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NUHS Student To Present Research from Ghana Trip to APHA

by Oct 20, 2011

Home » Campus Happenings » NUHS Student To Present Research from Ghana Trip to APHA

nuhs student dana madiganDana Madigan is a sixth trimester DC student at National University of Health Sciences (NUHS) who will be giving a presentation at the upcoming annual meeting of the American Public Health Association (APHA) in Washington, D.C., October 29 – November 2, 2011.

Dana will present information she gathered on a previous trip to the country of Ghana, where she interviewed hospital workers about health care access patterns, what they knew about chiropractic medicine, and if they would be open to chiropractic medical services.

  • View presentation summary and abstract »

For the trip to Ghana, Dana had a unique opportunity to travel with a different non-profit group of medical and public health professionals, and was the only representative of CAM (complementary and alternative medicine) providers on the trip. The group allowed her to conduct the interviews she needed for her project, and the project was approved by the NUHS Internal Review Board (IRB) as a research study before she left on the trip.

Dana started the project as part of the Mentored Research Program supported by the National Institutes of Health (NIH) National Center for Complementary and Alternative Medicine (NCCAM) R25 educational grant to NUHS (R25 AT002872). In fact she blogged about her experience in the program back in 2010.

The program allowed Dana to work with a research mentor at the University of Illinois Chicago (UIC), Dr. Nadine Peacock, from start to finish. “The UIC professor helped in designing my interview and how to interpret the results and then I made the project my own,” explains Dana. “I was able to do the entire research process from the IRB application to presentation.”

“Getting involved in research is an excellent way to propel the CAM professions forward. Dana was able to propose a research project, gain IRB approval, conduct the research and publish the results for an audience extending beyond chiropractic professionals. Because she was part of the MRP, she also educated the UIC School of Public Health faculty and students about CAM, particularly chiropractic, and how CAM is an integral part of public health. Educating other professions and communicating research are positive forces the CAM professions need to be respected equally with other health care providers,” noted Dr. Barbara Sullivan, program manager of the evidence based practice (EBP) program at NUHS, research mentor and co-investigator of the R25 grant.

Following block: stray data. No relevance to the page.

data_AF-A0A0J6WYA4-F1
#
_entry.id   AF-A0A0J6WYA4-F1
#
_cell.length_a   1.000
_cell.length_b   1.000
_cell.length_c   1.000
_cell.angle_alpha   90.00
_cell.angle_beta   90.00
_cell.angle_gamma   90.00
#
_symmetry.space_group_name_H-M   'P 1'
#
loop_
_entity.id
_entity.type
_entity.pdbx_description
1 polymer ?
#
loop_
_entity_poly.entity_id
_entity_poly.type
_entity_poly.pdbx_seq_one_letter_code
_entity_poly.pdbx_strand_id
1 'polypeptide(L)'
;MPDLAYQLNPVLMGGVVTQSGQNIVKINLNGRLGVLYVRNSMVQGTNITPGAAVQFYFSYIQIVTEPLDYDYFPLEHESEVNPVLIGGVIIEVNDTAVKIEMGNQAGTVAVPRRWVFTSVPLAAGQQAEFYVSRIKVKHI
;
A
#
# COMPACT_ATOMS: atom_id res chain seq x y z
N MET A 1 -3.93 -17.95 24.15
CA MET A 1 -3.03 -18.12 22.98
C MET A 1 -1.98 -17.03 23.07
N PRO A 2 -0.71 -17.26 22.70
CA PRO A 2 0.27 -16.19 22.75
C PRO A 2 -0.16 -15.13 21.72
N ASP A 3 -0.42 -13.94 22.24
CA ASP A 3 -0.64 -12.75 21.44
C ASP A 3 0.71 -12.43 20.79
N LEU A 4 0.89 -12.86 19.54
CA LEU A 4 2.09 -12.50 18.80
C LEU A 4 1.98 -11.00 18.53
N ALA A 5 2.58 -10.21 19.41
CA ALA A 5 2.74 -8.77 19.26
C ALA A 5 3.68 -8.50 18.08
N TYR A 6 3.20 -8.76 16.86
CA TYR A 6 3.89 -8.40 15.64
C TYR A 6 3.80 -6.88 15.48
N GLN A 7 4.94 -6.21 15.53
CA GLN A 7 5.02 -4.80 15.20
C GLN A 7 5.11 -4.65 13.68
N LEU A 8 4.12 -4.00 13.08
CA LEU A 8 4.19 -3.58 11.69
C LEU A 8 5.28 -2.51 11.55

nuhs students ghana locals

Dana has always been drawn to the field of research. “I was always the one doing science fair projects in grade school and high school,” she jokes. In fact, Dana said that one of the reasons she chose to study chiropractic medicine was due to the opportunities in the field for research. “I found the field very interesting, and saw that there wasn’t a huge body of research on it yet. It seemed to be an area that would be expanding, and I wanted to be part of that.”

When selecting a chiropractic school, Dana chose NUHS because she appreciated the many opportunities available for students to get involved in research, and appreciated the chance to work with other universities as well. In addition to finishing her chiropractic degree, and serving as a research assistant at NUHS, Dana is also finishing her Master of Public Health (MPH) degree at UIC through a unique, coordinated degree program between National University and the UIC School of Public Health, supported by the NCCAM grant.

As part of completing her MPH degree, she will need to complete a separate capstone project.  “I will hopefully do something else that is also within the global health arena.”  In fact, her MPH degree is in the Health Policy and Administration division, and she has made an application to include a global health concentration.

In the future, Dana hopes to help shape policy for the CAM professions in developing nations. “Many countries, such as Ghana, are currently in the process of developing their health care systems,” she explains. “While a lot of people focus on infectious disease there, there’s also a lot of chronic disease. I would like to work to lessen the disparities of care in both areas at once.”

“We’re very proud to have Dana representing NUHS at the APHA annual meeting and at UIC in a very vigorous and high-profile program. We hope Dana serves as a role model for other students, and encourages participation in research at NUHS,” said Dr. Gregory Cramer, Dean of Research at NUHS and Principal Investigator (PI) of the R25 grant.

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